62 articles from FRIDAY 3.7.2020

Heatwave trends accelerate worldwide

The first comprehensive worldwide assessment of heatwaves down to regional levels has revealed that in nearly every part of the world heatwaves have been increasing in frequency and duration since the 1950s.

Making food beautiful—and toxic

Toxic chemicals are being used by food sellers across sub-Saharan Africa to improve the look of meat and fish, scientists and food inspectors say, putting the health of millions at risk.

Harvesting hydrogen from nanogardens

Easily produced, nature-like nanostructures of cobalt phosphide are highly effective catalysts for the electrolysis of water, according to research performed by chemist Ning Yan and his team at the University of Amsterdam's Van 't Hoff Institute for Molecular Sciences together with co-workers from the School of Physics and Technology at Wuhan University, China. In a paper featured on the front...

How to get rid of the coffee-stain effect

The coffee-stain effect is a well-known effect in physics and daily life in which a dark-colored edge remains when a fluid containing particles evaporates. This is caused by an "avalanche" of particles moving to the outer edge, University of Twente scientists showed in a past study. In inkjet and 3-D printing, this is an undesired effect. Now, researchers have demonstrated that the effect can be...

Governments working with one hand tied when it comes to data on vulnerable groups

A new discussion paper published in Policy Sciences by two Leiden researchers claims that governments are working with one hand tied when it comes to data on vulnerable groups. At the core of this paper is the idea that even though the volume of data has increased in recent years, the quality of the data in combination with potential known or unknown data gaps limits government's ability to create...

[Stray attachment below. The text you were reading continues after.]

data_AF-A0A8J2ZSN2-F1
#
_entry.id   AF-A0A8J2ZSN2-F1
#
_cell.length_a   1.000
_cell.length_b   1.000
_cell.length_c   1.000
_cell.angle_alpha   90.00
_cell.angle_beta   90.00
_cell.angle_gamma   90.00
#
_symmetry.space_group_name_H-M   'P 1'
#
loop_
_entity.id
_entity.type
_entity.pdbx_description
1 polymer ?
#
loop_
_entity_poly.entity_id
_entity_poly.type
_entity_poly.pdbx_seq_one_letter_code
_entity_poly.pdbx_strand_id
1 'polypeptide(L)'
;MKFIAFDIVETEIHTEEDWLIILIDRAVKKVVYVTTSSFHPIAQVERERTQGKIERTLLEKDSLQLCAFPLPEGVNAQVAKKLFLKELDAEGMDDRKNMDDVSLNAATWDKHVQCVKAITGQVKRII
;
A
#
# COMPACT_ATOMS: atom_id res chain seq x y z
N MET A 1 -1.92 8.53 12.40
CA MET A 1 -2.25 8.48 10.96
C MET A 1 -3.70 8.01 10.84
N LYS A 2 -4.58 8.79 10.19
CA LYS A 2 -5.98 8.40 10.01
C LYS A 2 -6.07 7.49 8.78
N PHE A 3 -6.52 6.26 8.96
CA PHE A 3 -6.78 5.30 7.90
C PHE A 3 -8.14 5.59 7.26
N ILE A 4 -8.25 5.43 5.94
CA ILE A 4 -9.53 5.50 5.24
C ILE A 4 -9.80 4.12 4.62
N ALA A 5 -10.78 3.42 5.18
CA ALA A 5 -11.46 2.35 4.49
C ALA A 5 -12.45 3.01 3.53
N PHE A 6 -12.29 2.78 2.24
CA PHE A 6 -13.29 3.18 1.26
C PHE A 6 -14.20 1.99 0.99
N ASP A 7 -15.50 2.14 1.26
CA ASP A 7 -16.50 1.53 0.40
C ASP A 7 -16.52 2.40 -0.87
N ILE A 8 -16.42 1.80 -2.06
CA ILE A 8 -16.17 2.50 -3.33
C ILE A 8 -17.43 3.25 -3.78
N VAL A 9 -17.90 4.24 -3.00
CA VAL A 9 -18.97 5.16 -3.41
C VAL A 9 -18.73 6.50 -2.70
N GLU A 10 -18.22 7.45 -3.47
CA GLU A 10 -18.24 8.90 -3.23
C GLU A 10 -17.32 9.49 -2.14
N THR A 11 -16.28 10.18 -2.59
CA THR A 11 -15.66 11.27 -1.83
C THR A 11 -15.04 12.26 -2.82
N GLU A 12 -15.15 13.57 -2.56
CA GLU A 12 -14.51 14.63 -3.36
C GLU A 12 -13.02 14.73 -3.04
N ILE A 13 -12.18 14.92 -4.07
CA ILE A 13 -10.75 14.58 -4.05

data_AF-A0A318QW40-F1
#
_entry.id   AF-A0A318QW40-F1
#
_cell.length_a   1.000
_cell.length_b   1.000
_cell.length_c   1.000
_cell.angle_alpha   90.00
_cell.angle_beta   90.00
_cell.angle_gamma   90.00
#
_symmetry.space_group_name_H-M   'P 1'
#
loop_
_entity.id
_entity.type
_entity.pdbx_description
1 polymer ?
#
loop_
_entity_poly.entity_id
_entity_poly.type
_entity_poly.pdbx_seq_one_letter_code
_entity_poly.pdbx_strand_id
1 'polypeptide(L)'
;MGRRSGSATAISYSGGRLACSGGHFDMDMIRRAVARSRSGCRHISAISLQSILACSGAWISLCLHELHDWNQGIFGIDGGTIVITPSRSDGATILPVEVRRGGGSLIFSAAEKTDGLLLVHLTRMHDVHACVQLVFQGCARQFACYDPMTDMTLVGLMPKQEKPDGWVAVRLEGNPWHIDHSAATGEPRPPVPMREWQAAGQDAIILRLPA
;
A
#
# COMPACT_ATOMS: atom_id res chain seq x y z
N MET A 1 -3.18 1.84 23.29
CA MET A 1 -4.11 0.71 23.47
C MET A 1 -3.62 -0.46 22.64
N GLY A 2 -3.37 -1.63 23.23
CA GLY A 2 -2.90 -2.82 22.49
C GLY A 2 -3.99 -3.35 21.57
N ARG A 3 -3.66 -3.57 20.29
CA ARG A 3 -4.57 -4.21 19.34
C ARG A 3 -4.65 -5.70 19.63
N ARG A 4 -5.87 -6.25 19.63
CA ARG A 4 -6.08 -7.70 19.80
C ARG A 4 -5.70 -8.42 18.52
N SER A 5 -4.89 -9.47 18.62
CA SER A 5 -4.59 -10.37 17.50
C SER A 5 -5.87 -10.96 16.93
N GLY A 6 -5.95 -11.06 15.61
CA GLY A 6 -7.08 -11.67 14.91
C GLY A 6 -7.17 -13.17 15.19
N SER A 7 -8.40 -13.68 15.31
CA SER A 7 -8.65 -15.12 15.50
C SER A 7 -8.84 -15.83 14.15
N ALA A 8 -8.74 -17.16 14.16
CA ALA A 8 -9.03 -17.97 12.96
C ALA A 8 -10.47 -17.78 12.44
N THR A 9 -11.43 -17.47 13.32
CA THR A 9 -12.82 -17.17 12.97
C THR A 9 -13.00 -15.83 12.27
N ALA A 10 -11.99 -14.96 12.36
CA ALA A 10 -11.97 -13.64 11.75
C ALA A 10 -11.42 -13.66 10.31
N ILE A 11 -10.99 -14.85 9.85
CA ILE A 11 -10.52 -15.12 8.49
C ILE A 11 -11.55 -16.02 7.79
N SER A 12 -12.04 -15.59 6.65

Civil society groups that mobilized around COVID-19 face important choices

Civil society groups have played an important role in responding to the COVID-19 social crisis in South Africa. Examples include the "community action networks" in Cape Town and Gauteng, as well as similar initiatives in more rural areas, such as the Eastern Cape. They also include extraordinary crisis response efforts by pre-existing NGOs, such as Boost Africa and Umgibe, and novel social...

Researchers solve a 60-year-old puzzle about a superhard material

Skoltech researchers, together with their industrial colleagues and academic partners, have cracked a 1960s puzzle about the crystal structure of a superhard tungsten boride that can be extremely useful in industrial applications, including drilling technology. The research, supported by Gazpromneft Science & Technology Center, was published in the journal Advanced Science.

Image: Hubble captures one galaxy, two asteroids

At first sight, this image from the NASA/ESA Hubble Space Telescope portrays the sparkling stars of AGC111977, a dwarf galaxy located around 15 million light years away and visible in the lower left part of the image. Other galaxies appear sprinkled across the frame, along with foreground stars from our own galaxy, the Milky Way.